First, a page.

What is FIDO2?

John Craddock, Microsoft MVP (speaker, consultant, writer and instructor of the Identity Masterclass) explains the principles of FIDO2 (Fast IDentity Online)

Many websites require users to authenticate to allow access to their services. The majority will require a user to register and create an account, with access to the account secured with just a username and password. It’s long been recognized that passwords are the weakest link in identity ecosystems and various vendors have implemented passwordless authentication.

FIDO2 aims to eliminate passwords

However, if passwords are to be truly eliminated, any solutions must be standards-based and scalable across the internet. The FIDO Alliance was founded in July 2012 with a mission to work on creating a passwordless authentication protocol. In 2019 the World Wide Web Consortium (W3C) adopted the FIDO2 core Web Authentication protocol (WebAuthN) as an official web standard. This immediately opened the door for a significant number of vendors to go to market with FIDO2 security devices.

Private/public key

A FIDO2 security device allows the generation of a cryptographic private/public key pair. Unlike password-based systems where a shared secret (password) is held by both users and the website, the private key never leaves the user’s possession. The user proves their identity to the website by creating a signed message, the message is signed using the user’s private key. The website validates the signature on the message using the user’s public key which has been passed to the website during registration. The security is further enhanced by requiring the user to be validated by the FIDO2 device, using a PIN or biometric or PIN, before private keys can be generated or used.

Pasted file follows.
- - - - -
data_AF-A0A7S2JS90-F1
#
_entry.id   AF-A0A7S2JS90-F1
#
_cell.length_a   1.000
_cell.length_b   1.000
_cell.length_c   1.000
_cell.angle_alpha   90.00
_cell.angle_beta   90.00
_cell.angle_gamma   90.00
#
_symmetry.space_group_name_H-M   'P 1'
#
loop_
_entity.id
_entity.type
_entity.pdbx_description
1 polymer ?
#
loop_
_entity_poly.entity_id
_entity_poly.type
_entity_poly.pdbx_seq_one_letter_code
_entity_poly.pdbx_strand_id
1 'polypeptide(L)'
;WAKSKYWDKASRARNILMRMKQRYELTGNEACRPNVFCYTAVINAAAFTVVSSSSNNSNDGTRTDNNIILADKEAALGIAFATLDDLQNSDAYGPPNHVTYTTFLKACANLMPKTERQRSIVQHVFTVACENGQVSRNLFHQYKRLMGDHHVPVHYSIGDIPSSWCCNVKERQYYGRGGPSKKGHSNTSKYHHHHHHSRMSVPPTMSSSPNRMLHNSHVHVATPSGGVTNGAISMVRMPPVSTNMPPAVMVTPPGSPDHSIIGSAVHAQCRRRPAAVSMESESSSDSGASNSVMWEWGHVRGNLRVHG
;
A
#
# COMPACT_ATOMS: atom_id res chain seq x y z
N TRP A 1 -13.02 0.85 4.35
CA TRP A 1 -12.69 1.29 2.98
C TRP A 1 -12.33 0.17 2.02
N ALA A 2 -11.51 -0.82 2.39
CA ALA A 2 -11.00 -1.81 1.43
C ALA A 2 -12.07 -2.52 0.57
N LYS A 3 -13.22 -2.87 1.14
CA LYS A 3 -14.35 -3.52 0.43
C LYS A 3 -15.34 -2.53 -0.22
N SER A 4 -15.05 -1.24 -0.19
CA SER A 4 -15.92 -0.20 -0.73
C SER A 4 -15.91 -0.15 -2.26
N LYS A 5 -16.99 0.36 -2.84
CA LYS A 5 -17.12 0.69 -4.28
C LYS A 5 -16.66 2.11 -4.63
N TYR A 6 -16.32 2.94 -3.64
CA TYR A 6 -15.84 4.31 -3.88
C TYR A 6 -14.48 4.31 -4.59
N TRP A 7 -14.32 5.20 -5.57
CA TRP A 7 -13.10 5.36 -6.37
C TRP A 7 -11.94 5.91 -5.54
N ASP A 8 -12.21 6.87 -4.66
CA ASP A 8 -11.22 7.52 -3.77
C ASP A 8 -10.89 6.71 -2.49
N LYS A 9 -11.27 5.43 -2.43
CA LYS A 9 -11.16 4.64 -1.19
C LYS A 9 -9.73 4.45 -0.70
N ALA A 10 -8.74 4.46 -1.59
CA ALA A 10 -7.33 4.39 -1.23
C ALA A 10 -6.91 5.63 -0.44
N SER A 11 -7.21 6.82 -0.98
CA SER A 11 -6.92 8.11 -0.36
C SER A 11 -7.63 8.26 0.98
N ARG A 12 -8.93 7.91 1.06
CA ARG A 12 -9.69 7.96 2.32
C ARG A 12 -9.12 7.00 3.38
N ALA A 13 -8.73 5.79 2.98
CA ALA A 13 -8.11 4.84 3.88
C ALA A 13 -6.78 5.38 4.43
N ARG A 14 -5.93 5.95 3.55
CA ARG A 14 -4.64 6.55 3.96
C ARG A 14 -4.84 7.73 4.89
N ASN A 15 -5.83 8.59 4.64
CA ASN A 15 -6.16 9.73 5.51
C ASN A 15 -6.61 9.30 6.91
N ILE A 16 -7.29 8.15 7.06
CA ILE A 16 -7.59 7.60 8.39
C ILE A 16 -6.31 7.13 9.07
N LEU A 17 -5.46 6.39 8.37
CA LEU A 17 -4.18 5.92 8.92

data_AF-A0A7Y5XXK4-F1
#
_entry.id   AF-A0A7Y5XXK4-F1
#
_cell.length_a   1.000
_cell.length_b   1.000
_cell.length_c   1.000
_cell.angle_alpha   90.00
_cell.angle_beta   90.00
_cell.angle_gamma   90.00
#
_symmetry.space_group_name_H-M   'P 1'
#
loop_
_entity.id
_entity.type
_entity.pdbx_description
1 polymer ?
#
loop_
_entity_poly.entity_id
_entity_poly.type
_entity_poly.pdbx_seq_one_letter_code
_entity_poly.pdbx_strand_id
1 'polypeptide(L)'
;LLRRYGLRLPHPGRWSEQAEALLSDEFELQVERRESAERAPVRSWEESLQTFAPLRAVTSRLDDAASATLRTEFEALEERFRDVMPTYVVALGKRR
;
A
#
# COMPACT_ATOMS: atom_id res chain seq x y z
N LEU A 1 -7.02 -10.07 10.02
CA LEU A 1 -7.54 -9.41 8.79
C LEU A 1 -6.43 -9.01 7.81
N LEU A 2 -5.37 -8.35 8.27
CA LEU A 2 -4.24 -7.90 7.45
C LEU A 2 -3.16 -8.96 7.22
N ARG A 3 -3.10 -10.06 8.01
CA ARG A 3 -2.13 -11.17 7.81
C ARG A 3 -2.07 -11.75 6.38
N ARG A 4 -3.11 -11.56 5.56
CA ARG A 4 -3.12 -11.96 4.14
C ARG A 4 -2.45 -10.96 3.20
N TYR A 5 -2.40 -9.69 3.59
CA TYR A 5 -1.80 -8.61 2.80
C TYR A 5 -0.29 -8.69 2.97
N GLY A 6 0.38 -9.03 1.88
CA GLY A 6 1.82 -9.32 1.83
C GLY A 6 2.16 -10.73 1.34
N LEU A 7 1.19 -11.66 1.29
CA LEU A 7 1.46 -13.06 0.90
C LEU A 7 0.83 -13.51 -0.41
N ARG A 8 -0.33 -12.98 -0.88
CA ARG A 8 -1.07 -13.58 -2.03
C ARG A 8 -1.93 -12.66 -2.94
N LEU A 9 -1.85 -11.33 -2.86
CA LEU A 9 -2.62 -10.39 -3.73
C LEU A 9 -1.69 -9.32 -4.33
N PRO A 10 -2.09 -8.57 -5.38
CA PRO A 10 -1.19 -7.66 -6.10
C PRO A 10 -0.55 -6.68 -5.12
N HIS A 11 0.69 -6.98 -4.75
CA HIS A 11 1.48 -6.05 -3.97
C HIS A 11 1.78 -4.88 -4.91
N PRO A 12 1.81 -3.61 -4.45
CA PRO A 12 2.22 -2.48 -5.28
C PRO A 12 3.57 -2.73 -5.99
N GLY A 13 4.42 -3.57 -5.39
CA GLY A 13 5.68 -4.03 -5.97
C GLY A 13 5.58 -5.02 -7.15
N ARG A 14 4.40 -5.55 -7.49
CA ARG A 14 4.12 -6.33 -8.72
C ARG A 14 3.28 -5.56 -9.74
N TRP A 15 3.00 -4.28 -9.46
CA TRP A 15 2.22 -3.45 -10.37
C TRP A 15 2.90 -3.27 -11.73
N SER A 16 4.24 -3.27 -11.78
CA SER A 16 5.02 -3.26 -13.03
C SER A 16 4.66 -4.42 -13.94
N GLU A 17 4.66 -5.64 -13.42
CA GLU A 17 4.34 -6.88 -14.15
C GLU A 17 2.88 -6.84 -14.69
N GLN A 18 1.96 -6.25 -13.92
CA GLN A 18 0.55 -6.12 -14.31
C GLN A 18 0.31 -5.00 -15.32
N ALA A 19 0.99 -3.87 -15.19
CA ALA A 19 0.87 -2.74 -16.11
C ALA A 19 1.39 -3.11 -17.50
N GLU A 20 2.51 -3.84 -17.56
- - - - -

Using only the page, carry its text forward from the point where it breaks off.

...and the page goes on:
FIDO2 security devices can be implemented as roaming authenticators, a USB device, or inbuilt into the platform and OS, Windows Hello.

FIDO stands for Fast IDentity Online.

If you want to know more about FIDO2 and understand how it works, then read John Craddock’s blog here, or join John for a live webinar on 4 February 2020 when he’ll explain more.